The World Economic Forum's Global Redesign Initiative focuses on health, security and financial system.
Doha summit seeks to adapt tools of global co-operation
DOHA // The World Economic Forum's Global Redesign Initiative could hardly be more ambitious. Its main objective is to adapt the tools of international co-operation - the G20, UN bodies, the World Bank, World Trade Organisation and the like - to the complex challenges of the 21st century to ensure the long-term security of humanity.
It also aims to create a more inclusive global system. "Legitimacy comes from people," Kishore Mahbubani, the dean of the Lee Kuan Yew School of Public Policy and a former Singapore ambassador to the UN, said during the opening session of this week's Global Redesign Summit in Doha. The report the WEF prepared for the event is titled Everybody's Business. "We have to learn to listen to the voices of 6.8 billion people," he added. "The real purpose of this meeting is: let's figure out how we can get the whole world involved in this, and not just some parts of it."
Backed by the governments of Qatar, Tanzania, Singapore and Switzerland, the WEF launched the redesign initiative more than a year ago, in the depths of the financial crisis. A major objective was to move away from the so-called Washington Consensus and Bretton Woods-style institutions, created and led by industrialised countries, in the hopes of avoiding future catastrophes. "The world has gone through a heart attack," Arif Naqvi, the founder of the Dubai-based Abraaj Capital, the region's largest private equity firm, said during the opening plenary. "We have to work very carefully through this moment to make sure everyone acts in concert to make sure this doesn't happen again."
The GRI tasked more than 1,000 analysts, officials and policymakers to re-envision international institutions to better address global health, security, sustainability, development and the financial system. At a series of meetings over the past year, their ideas matured into proposals, which Doha participants sought to put into action. "We have lots of ideas that now need spouses," the WEF vice chairman, Mark Malloch-Brown said, advising government officials to choose a proposal and work to implement it.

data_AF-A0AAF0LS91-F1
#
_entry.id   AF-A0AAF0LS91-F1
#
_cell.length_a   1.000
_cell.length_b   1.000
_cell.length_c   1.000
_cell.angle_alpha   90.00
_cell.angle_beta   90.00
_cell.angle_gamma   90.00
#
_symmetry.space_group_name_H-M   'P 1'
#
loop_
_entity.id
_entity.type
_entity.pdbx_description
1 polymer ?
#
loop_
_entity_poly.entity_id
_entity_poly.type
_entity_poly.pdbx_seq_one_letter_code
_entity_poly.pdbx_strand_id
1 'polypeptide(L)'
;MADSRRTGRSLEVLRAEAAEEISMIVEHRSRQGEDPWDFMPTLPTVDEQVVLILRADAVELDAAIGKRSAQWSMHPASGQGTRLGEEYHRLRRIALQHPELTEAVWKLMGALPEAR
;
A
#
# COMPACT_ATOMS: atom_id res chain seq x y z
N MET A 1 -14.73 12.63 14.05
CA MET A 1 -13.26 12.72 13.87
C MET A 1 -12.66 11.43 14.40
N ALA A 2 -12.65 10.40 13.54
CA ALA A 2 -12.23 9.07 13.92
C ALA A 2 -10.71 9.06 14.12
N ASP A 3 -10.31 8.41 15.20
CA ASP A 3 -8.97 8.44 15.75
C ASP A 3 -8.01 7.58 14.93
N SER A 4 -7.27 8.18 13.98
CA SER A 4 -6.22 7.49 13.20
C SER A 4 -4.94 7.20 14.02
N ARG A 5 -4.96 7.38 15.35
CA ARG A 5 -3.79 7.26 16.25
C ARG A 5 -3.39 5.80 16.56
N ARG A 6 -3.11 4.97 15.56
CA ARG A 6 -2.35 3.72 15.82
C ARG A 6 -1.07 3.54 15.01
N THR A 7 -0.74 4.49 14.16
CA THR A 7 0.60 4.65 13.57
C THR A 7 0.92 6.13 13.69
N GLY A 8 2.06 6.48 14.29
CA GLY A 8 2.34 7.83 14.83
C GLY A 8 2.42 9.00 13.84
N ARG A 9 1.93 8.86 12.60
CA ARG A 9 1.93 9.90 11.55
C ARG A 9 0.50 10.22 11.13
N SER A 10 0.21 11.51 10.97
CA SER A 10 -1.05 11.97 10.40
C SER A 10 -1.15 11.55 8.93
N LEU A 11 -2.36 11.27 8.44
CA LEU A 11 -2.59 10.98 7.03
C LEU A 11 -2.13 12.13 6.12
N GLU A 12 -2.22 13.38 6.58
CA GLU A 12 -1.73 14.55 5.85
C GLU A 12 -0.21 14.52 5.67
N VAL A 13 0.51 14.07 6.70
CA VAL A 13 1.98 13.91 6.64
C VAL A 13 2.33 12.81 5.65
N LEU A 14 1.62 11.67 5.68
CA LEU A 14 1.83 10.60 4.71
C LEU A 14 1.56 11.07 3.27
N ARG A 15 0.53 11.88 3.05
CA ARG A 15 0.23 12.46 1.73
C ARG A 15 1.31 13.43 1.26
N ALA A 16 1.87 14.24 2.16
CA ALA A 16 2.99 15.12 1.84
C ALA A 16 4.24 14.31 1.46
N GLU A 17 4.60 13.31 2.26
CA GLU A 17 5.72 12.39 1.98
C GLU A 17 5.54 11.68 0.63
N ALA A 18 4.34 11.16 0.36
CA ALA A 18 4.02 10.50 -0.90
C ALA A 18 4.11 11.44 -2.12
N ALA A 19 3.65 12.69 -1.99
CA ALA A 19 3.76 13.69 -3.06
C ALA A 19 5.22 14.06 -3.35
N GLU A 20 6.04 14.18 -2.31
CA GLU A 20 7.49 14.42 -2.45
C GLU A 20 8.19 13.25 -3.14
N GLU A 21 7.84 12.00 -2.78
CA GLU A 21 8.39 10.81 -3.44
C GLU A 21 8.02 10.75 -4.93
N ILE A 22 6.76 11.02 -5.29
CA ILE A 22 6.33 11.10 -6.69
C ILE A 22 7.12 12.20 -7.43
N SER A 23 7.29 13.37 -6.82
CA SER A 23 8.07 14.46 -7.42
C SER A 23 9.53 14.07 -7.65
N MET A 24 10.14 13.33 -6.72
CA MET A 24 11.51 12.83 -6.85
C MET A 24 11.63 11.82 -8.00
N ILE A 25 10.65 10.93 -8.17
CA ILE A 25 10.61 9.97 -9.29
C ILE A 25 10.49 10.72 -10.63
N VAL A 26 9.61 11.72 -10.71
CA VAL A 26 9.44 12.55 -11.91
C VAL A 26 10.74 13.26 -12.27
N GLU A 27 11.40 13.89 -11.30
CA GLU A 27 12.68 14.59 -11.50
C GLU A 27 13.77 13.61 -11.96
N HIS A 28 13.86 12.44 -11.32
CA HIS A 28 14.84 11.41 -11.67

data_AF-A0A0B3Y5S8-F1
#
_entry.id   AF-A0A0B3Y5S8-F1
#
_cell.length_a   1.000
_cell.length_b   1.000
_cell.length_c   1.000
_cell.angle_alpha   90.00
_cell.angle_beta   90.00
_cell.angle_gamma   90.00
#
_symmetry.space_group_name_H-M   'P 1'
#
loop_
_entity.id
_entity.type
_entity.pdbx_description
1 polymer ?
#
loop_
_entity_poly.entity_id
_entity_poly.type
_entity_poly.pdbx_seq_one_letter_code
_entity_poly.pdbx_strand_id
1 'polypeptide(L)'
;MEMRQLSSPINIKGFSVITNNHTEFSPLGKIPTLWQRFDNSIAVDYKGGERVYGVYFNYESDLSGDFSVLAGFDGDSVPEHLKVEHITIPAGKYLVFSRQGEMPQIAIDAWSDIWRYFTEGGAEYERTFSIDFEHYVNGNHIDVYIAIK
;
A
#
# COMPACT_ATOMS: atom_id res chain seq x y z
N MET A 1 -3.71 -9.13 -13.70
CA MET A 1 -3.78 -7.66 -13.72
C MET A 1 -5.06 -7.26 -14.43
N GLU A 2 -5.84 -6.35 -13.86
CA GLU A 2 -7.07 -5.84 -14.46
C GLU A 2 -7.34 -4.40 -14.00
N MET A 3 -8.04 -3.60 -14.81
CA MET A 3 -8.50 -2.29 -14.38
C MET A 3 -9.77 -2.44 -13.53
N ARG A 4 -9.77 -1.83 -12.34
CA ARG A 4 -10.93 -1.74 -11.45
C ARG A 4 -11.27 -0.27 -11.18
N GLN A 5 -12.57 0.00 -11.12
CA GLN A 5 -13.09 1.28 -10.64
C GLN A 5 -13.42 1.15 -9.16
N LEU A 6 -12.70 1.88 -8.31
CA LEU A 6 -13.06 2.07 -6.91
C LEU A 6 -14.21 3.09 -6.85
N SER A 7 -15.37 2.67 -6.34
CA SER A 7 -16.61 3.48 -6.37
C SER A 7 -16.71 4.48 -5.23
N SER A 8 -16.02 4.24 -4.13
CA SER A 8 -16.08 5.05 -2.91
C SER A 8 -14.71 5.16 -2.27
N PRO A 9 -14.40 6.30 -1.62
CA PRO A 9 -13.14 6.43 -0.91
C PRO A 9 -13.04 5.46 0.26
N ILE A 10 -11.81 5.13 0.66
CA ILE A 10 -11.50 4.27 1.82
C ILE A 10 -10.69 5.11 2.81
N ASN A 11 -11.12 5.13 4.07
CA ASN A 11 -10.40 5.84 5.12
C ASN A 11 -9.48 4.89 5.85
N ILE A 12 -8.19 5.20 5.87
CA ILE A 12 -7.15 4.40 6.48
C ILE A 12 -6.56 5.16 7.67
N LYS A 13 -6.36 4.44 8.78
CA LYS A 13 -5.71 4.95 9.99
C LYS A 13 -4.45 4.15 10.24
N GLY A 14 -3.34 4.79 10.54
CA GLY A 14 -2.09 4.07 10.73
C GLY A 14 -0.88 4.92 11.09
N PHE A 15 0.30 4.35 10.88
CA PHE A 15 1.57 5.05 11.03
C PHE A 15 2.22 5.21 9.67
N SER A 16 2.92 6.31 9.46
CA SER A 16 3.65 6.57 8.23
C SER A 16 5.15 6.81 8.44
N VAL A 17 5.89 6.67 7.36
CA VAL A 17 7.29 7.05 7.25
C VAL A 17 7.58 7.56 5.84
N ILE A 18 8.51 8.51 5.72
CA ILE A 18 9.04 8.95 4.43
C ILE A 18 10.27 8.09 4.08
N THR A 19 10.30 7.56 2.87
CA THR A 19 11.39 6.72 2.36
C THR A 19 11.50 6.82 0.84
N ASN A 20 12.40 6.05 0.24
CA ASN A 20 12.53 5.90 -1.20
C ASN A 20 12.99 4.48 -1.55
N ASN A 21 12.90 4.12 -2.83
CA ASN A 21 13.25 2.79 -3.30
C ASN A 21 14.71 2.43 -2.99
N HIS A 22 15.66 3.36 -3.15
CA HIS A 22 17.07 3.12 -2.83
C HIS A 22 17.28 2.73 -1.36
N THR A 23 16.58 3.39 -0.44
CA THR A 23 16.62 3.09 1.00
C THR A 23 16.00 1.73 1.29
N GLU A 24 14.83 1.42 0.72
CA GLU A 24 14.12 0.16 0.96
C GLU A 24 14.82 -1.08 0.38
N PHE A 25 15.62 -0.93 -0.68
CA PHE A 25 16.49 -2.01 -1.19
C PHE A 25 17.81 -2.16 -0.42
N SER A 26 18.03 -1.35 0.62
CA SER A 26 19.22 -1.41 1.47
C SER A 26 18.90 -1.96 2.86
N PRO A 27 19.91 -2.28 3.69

Inclusion may be easier said than done. Despite the call for innovation and bold rethinking, many speakers at the event held fast to traditional institutions of co-operation. Richard Samans, the WEF's managing director, explained that the redesign initiative did not intend to replace the existing system for international co-operation, but rather augment it. "We are not here to overthrow the system," agreed He Yafei, the Chinese ambassador to the United Nations in Geneva. "Global redesign of the system is not a revolution; it's more an evolution."
Few of the 58 proposals, which are to be finalised at Davos, Switzerland, in January, are revolutionary. They include strengthening the financial safety net, the creation of an international financial risk monitor, expanding the capacity of the International Labor Organisation and improving a UN-supported programme called Education for All. "A lot of the proposals are what you might call 'punting'," passing the problem on, said Parag Khanna, the director of global governance at the New America Foundation, who previously worked for the WEF. He sat in on several meetings over the past year and attended several sessions during the Doha summit. "It's not quite redesign yet."
In addition, one sizeable demographic was mostly absent. "For everything, whether it's financial or climate change, we should look at the poor as part of the process, rather than beneficiaries," said Harish Hande, the founder and managing director of Selco, a provider of sustainable energy solutions to rural India. He was speaking on Davos Debates in Doha, a YouTube channel set up for the event. "Redesign needs to happen where the poor become part of the implementers, designers and thought processes," Mr Hande said.
In the end, the GRI may be less redesign than makeover. In calling for change, one prominent observer complained of a hidebound system dominated by inertia. "International deadlock is the norm; cynicism and mistrust are common currency," said Queen Rania of Jordan, who is on the redesign council for education. "If just enough people are happy, there's no need to change it." Mr Khanna acknowledged that the GRI is in part a branding exercise. But it could still effect change. "I think we might see in a couple years' time that international organisations move towards sharing resources and collaborating more with NGOs and corporations," he said. "And it will partially be attributable to WEF."